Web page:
Ruling Class, Your Days Are Numbered 2

This is an article on the protest in Richmond from where the above photo was taken.

By Hannah Allum

Robert E. Lee’s days are numbered.

A landmark statue of the Confederate general installed 130 years ago in Richmond, Va., is at the center of a campaign to remove monuments that glorify the losing side of the Civil War. There’s a legal battle over whether to remove the Lee statue, but few here expect his monument to survive the re-energized anti-racism movement sparked by the killing of George Floyd.

So, until the day a crane shows up to haul off the general, Black protesters and their supporters are camped out at the site, which has become a place of pilgrimage. Over the Fourth of July weekend, there were songs and speeches and families coming to take photos. Their backdrop was a Confederate hero whose legacy is challenged in graffiti on the pedestal that holds him up.

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2 comments

  1. This is good news. Does the Boogaloo movement have a coherent political philosophy? The few that I’ve seen in comments sections online can’t seem to articulate much beyond that they are something like quasi-libertarian with a number of factions on the periphery trying to co-opt them.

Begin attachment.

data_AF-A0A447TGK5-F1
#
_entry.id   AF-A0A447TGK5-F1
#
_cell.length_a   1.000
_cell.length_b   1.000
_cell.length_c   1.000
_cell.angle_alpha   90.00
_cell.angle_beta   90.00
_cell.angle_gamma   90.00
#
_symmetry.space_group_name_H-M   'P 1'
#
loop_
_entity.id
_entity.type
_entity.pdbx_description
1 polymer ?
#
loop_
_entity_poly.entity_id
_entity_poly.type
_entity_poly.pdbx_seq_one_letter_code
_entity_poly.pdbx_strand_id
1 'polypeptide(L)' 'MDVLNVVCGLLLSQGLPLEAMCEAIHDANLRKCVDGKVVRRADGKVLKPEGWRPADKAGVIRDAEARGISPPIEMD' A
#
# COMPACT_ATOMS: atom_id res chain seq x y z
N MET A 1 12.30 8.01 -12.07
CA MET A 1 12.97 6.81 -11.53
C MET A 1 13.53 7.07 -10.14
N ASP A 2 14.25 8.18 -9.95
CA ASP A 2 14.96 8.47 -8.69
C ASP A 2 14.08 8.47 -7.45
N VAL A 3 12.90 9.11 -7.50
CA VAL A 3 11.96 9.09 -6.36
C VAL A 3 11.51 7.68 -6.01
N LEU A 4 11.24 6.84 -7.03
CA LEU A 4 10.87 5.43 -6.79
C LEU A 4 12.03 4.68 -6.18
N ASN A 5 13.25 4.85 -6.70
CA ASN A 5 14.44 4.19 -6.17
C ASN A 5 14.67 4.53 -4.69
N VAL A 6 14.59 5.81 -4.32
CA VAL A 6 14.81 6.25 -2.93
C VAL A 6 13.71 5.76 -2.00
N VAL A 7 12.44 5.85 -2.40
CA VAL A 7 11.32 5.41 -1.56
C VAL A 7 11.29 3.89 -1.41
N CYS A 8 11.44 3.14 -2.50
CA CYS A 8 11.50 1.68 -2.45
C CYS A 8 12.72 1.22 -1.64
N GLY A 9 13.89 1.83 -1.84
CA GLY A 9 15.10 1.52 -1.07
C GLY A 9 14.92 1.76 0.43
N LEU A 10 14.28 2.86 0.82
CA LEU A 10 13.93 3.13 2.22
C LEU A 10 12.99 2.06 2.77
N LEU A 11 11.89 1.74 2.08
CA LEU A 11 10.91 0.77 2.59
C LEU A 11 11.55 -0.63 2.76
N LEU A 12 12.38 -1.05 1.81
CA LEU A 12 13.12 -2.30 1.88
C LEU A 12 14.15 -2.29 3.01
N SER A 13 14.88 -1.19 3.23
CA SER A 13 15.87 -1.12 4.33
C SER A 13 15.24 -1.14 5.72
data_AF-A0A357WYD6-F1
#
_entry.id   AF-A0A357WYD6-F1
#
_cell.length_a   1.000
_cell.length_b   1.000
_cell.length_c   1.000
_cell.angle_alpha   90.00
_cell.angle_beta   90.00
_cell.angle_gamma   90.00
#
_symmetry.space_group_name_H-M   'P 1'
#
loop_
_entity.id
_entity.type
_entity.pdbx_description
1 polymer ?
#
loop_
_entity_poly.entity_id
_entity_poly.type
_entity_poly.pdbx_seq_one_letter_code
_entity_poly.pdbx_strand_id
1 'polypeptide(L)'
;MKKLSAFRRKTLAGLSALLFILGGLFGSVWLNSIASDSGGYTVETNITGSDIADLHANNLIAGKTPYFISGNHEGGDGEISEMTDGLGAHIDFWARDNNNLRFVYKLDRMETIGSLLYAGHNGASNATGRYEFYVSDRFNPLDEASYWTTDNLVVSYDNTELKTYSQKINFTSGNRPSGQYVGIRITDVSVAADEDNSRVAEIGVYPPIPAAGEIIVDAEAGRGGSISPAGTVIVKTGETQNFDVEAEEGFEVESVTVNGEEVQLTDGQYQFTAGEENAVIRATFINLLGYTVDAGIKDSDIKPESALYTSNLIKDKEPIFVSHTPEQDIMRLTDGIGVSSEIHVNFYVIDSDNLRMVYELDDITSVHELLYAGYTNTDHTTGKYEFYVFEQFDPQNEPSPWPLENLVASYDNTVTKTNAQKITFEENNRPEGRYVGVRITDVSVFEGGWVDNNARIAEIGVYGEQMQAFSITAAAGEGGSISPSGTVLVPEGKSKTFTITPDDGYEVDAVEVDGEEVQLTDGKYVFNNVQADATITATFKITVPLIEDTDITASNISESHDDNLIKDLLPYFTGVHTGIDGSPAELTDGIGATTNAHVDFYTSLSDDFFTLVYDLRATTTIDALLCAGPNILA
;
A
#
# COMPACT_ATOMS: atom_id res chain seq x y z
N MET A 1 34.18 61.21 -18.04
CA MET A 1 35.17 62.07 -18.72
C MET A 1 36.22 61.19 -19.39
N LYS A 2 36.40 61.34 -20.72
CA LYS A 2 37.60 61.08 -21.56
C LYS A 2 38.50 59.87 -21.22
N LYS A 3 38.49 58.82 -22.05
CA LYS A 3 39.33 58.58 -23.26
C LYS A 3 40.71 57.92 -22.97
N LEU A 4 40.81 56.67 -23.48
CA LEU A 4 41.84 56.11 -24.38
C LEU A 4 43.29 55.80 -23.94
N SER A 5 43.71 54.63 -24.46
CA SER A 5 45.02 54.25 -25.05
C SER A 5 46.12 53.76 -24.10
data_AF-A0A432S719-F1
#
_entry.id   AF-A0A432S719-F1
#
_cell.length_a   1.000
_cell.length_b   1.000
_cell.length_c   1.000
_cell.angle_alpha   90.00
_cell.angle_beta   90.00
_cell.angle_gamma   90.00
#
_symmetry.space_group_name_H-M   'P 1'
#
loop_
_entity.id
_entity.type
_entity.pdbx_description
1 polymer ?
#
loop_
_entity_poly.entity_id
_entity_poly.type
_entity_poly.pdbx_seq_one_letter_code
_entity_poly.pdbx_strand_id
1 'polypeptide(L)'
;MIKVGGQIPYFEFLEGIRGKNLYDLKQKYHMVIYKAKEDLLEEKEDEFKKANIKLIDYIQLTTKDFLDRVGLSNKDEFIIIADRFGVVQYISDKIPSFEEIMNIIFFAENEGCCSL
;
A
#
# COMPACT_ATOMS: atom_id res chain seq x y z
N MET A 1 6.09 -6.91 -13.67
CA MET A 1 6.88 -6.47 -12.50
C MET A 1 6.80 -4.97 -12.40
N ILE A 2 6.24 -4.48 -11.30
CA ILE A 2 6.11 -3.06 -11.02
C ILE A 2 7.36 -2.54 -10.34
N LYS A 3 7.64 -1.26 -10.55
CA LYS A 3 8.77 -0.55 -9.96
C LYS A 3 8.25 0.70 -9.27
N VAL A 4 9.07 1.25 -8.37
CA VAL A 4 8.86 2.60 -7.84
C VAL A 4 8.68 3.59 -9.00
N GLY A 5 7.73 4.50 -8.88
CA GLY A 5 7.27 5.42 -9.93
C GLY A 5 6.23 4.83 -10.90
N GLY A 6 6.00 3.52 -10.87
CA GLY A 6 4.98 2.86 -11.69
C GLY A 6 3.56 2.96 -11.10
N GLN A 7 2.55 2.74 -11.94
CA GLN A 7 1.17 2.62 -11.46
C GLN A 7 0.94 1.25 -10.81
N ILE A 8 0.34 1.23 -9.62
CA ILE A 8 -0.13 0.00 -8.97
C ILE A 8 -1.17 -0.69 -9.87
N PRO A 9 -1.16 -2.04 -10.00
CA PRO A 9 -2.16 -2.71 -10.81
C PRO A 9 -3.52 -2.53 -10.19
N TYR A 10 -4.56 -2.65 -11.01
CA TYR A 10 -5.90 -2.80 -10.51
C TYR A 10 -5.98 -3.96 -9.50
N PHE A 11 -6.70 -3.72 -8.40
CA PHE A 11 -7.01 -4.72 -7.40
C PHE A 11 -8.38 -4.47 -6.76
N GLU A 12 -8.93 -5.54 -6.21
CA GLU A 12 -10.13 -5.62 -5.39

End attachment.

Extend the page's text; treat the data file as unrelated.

“Dunn led the Black group across the street to merge with the bigger group. There were murmurs of disapproval among the white nationalists, but the Boogaloo boys welcomed the Black protesters, each side checking out and complimenting the others’ weaponry. The police herded them all down the street, out of the shade, leaving them to swelter in their heavy flak vests.”
    —–
    “Dunn and most of the Hawaiian shirts rejected the separatist message. They stormed off, enraged by ‘Nazi wing-nuts’ hijacking their rally. They joined the Black protesters in chants to drown out the white supremacists who were peddling a plan for the ‘peaceful Balkanization’ of the country.”
    —–
    “The speaker’s words grew muffled as Dunn’s Boogaloo camp began a chant: ‘White supremacy sucks! White supremacy sucks!'”

    • I only heard about them relatively recently. From what I can tell, they seem to be into some kind of survivalist/apocalyptic ethos. They get labeled as white supremacists by the media, but apparently that’s not the case, and least not for some of them.

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